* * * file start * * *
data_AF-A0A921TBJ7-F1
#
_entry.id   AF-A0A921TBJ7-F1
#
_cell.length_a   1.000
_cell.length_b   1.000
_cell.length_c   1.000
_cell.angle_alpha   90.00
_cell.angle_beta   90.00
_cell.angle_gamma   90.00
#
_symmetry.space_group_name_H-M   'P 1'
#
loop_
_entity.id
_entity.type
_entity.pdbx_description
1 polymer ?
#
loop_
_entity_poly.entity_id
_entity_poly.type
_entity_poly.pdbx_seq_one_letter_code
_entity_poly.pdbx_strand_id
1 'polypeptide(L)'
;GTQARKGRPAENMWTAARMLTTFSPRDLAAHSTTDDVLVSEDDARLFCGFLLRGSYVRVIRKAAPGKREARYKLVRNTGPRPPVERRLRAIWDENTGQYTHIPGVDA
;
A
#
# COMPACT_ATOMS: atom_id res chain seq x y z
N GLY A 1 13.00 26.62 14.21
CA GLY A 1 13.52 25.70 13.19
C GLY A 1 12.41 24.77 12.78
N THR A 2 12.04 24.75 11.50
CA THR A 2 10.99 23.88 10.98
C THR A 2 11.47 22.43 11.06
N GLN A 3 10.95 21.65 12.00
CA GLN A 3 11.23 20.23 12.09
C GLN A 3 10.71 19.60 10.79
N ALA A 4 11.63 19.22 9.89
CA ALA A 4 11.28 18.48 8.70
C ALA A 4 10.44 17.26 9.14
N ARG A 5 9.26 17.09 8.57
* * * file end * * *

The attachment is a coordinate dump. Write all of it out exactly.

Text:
data_AF-A0A921TBJ7-F1
#
_entry.id   AF-A0A921TBJ7-F1
#
_cell.length_a   1.000
_cell.length_b   1.000
_cell.length_c   1.000
_cell.angle_alpha   90.00
_cell.angle_beta   90.00
_cell.angle_gamma   90.00
#
_symmetry.space_group_name_H-M   'P 1'
#
loop_
_entity.id
_entity.type
_entity.pdbx_description
1 polymer ?
#
loop_
_entity_poly.entity_id
_entity_poly.type
_entity_poly.pdbx_seq_one_letter_code
_entity_poly.pdbx_strand_id
1 'polypeptide(L)'
;GTQARKGRPAENMWTAARMLTTFSPRDLAAHSTTDDVLVSEDDARLFCGFLLRGSYVRVIRKAAPGKREARYKLVRNTGPRPPVERRLRAIWDENTGQYTHIPGVDA
;
A
#
# COMPACT_ATOMS: atom_id res chain seq x y z
N GLY A 1 13.00 26.62 14.21
CA GLY A 1 13.52 25.70 13.19
C GLY A 1 12.41 24.77 12.78
N THR A 2 12.04 24.75 11.50
CA THR A 2 10.99 23.88 10.98
C THR A 2 11.47 22.43 11.06
N GLN A 3 10.95 21.65 12.00
CA GLN A 3 11.23 20.23 12.09
C GLN A 3 10.71 19.60 10.79
N ALA A 4 11.63 19.22 9.89
CA ALA A 4 11.28 18.48 8.70
C ALA A 4 10.44 17.26 9.14
N ARG A 5 9.26 17.09 8.57